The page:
Nghi Vo’s Old Hollywood is painted with a dreamlike brush. There’s a phantasmagoric haze over every event and every interaction. It’s mesmerizing and disturbing in equal measure. And, as impressed as I was with the tone and prose – I struggled to stay invested in Luli’s story as I found it a bit overstuffed and all over the place. Others will surely love this, but it was not quite my cup of tea when all was said and done.

★★★

My thanks to NetGalley and the publisher for an advanced reader copy in exchange for an honest review.

Review: Sea of Tranquility

Title: Sea of Tranquility (April 5, 2022)
Author: Emily St. John Mandel
Pages: 272


It’s easy to get swept away to Emily St. John Mandel’s far flung settings as the story briskly moves from moment to moment, character to character, and timeline to timeline. St. John Mandel’s writing is clean and the plot never lingers long enough for inertia to set in. And while that makes for a quick read, there’s a certain slightness to the story that’s hard to shake. St. John Mandel raises interesting questions and ideas, but doesn’t really explore them in any deep, meaningful way.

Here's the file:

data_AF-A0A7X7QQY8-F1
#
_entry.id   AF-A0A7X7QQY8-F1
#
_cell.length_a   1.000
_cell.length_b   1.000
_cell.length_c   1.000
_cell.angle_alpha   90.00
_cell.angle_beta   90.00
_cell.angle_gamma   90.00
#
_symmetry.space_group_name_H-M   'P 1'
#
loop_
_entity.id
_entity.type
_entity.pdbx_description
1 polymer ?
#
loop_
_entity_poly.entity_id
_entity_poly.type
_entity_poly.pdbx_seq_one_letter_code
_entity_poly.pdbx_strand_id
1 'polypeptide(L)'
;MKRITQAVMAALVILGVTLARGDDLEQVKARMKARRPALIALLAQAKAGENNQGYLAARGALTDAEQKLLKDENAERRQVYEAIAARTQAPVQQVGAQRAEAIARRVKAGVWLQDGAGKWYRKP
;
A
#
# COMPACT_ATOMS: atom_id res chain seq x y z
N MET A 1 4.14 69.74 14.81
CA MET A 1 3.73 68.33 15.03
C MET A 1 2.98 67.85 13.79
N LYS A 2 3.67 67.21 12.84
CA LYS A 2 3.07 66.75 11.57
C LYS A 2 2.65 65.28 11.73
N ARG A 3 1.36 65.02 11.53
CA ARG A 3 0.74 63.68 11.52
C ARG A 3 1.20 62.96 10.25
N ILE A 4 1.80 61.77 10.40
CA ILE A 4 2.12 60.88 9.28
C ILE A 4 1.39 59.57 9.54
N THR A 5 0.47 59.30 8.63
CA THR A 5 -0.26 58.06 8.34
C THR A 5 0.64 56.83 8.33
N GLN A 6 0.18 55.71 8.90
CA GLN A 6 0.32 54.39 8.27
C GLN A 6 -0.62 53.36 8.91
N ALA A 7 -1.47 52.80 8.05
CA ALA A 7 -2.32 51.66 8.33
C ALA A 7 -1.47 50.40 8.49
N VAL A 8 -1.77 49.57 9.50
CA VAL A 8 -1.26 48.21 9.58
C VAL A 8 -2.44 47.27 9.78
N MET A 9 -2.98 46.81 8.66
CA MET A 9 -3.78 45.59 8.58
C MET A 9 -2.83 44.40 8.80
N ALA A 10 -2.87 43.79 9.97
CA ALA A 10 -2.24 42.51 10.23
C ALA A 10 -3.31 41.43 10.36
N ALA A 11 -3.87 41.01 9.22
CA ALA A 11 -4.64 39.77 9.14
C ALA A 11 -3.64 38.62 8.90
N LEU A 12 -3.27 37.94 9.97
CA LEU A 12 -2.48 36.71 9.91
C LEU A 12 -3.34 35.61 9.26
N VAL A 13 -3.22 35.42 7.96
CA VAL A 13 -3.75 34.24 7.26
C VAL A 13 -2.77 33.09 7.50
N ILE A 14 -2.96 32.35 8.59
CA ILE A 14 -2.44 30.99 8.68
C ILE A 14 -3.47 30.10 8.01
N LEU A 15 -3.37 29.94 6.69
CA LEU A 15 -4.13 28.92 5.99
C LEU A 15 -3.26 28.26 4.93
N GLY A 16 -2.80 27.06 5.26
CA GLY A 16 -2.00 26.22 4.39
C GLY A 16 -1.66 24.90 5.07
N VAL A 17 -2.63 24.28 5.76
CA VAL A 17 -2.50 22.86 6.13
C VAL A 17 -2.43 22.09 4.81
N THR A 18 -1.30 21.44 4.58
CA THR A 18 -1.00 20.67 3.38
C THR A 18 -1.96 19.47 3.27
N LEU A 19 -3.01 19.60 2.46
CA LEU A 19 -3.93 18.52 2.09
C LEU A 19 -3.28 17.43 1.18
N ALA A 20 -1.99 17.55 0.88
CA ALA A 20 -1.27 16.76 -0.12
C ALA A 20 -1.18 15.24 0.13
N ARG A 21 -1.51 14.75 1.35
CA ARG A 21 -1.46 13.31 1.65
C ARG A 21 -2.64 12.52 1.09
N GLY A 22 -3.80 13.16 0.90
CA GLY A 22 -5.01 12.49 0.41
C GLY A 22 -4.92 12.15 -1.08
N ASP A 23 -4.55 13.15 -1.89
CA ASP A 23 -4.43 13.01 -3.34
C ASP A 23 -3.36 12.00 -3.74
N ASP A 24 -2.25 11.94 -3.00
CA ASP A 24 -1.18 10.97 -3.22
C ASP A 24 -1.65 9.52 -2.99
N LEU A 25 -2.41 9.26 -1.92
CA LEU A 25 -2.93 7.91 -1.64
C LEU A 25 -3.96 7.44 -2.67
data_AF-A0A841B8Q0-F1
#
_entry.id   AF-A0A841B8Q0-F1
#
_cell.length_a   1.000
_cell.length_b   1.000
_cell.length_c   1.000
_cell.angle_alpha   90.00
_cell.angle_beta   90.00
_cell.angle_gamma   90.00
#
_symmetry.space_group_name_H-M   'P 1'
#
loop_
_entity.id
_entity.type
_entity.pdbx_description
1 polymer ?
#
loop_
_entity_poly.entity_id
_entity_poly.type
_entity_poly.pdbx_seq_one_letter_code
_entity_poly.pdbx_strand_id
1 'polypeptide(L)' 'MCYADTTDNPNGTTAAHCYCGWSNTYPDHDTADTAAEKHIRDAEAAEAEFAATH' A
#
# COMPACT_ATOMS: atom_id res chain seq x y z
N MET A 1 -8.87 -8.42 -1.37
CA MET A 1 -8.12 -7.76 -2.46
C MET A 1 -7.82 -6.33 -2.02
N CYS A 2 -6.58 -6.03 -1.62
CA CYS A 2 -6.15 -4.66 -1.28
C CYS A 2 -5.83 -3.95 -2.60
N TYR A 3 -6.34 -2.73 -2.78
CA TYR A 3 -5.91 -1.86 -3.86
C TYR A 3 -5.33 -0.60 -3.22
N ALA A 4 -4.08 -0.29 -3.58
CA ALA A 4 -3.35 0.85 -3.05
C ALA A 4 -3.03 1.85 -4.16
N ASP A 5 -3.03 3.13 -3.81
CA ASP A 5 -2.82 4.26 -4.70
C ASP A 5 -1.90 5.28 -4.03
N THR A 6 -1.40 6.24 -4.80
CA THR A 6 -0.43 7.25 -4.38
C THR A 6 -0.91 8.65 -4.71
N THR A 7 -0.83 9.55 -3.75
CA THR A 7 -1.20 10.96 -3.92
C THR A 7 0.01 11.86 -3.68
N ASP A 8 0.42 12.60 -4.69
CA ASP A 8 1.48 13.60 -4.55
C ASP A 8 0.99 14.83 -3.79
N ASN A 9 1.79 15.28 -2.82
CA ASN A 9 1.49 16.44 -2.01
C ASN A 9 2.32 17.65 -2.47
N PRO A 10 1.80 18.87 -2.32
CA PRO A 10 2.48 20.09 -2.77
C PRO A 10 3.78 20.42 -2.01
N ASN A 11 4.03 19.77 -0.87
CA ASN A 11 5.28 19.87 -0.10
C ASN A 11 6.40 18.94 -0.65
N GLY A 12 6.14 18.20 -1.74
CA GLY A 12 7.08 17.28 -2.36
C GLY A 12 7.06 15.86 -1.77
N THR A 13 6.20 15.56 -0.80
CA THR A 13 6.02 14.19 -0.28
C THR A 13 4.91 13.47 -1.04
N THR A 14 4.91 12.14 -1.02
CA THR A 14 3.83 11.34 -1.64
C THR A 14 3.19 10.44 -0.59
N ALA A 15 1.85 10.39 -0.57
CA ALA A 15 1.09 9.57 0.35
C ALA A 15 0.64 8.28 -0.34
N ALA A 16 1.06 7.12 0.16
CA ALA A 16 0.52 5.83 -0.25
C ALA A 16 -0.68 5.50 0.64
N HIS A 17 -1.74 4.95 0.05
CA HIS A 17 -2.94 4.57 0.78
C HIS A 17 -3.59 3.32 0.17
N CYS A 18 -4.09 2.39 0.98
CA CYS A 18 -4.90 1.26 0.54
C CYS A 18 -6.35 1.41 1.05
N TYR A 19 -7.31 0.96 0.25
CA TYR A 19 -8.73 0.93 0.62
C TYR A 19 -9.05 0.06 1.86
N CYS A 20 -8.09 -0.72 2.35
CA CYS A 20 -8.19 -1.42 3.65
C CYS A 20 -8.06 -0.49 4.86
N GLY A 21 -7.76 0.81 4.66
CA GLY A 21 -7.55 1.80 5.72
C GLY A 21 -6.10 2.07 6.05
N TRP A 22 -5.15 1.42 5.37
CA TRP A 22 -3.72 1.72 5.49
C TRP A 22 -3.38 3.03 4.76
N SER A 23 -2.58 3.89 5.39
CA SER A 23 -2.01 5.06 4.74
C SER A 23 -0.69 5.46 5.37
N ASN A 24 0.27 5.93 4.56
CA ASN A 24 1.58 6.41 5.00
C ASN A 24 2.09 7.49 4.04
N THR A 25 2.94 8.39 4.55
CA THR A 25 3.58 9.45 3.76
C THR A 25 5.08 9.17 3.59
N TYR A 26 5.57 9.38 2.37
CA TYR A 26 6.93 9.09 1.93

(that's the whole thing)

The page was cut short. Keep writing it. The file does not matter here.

I was lukewarm on Station Eleven, even though I loved the vibe and world St. John Mandel had crafted. I felt similarly about this book. I wanted to be more invested than I was and the major moments did not hit me as hard as I hoped they would.

HBO’s adaptation of Station Eleven is one of the best shows I’ve watched in years, so perhaps I just need to wait for Sea of Tranquility to get the same treatment someday.

★★★¼

My thanks to Edelweiss and the publisher for an advanced reader copy in exchange for an honest review.

Review: How High We Go in the Dark

Title: How High We Go in the Dark (January 18, 2022)
Author: Sequoia Nagamatsu
Pages: 304


A euthanasia theme park, a talking pig named Snortorious P.I.G., and a funerary hotel. There is no shortage of dark humor to be found among the increasingly macabre story beats of How High We Go in the Dark. Even so, some sections are just incredibly devastating to read and that’s a credit to Nagamatsu’s excellent writing.